The medical journal Neurology has published a study that is being hailed as conclusive proof that marijuana is a valuable pain reliever.
The study focuses on peripheral neuropathy, a condition that results in severe pain. Neuropathic pain in HIV patients is similar to the type of pain experienced from many other illnesses including diabetes and multiple sclerosis.
Writing in the Boston Globe, Lester Greenspoon, says the study merely reinforces what's been known all along:
"Neuropathic pain is notoriously resistant to treatment with conventional pain drugs. Even powerful and addictive narcotics like morphine and OxyContin often provide little relief. This study leaves no doubt that marijuana can safely ease this type of pain.
"As all marijuana research in the United States must be, the new study was conducted with government-supplied marijuana of notoriously poor quality. So it probably underestimated the potential benefit.
"In the 19th century it became a well-established Western medicine whose versatility and safety were unquestioned. From 1840 to 1900, American and European medical journals published over 100 papers on the therapeutic uses of marijuana, also known as cannabis.
"Our knowledge has advanced greatly over the years. Scientists have identified over 60 unique constituents in marijuana, called cannabinoids, and we have learned much about how they work. We have also learned that our own bodies produce similar chemicals, called endocannabinoids.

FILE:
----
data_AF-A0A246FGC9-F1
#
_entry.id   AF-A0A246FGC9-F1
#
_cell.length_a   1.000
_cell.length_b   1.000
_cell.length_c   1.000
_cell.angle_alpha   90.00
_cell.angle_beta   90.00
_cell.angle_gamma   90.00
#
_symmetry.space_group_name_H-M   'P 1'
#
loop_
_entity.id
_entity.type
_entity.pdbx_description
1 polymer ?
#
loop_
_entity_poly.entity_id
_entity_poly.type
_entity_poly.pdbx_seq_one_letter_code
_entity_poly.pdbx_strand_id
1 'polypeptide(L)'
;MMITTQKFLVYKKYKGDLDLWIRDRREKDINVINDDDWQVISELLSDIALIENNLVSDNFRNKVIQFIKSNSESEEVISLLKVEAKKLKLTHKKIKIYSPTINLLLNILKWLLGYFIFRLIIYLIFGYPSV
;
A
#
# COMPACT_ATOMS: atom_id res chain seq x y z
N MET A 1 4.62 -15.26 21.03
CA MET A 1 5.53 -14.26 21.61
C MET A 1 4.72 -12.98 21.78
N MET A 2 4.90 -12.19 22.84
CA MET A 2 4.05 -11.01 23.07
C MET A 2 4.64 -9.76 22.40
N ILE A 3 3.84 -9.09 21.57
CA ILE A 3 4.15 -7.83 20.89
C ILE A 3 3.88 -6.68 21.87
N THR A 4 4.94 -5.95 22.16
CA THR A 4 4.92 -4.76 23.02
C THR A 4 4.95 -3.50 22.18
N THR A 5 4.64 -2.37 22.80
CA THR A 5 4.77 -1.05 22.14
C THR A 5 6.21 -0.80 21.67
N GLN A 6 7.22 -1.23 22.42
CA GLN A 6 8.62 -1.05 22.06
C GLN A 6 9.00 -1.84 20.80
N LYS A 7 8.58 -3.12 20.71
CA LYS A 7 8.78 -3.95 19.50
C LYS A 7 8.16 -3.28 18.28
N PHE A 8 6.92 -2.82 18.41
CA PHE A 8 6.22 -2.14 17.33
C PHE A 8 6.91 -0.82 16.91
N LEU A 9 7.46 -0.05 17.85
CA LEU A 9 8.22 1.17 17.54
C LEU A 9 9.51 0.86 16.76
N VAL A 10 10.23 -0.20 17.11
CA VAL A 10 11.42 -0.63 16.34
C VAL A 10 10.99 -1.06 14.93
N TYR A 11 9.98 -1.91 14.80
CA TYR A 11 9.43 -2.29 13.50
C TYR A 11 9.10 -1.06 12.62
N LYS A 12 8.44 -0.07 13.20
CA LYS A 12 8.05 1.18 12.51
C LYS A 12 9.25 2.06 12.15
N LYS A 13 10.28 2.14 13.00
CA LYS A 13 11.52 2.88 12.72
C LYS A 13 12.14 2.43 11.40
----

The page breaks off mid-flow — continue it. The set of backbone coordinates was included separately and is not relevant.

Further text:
"The mountain of accumulated anecdotal evidence that pointed the way to the present and other clinical studies also strongly suggests there are a number of other devastating disorders and symptoms for which marijuana has been used for centuries.
"While few such studies have so far been completed, all have lent weight to what medicine already knew but had largely forgotten or ignored: Marijuana is effective at relieving nausea and vomiting, spasticity, appetite loss, certain types of pain and other debilitating symptoms. And it is extraordinarily safe — safer than most medicines prescribed every day.
"If marijuana were a new discovery rather than a well-known substance carrying cultural and political baggage, it would be hailed as a wonder drug."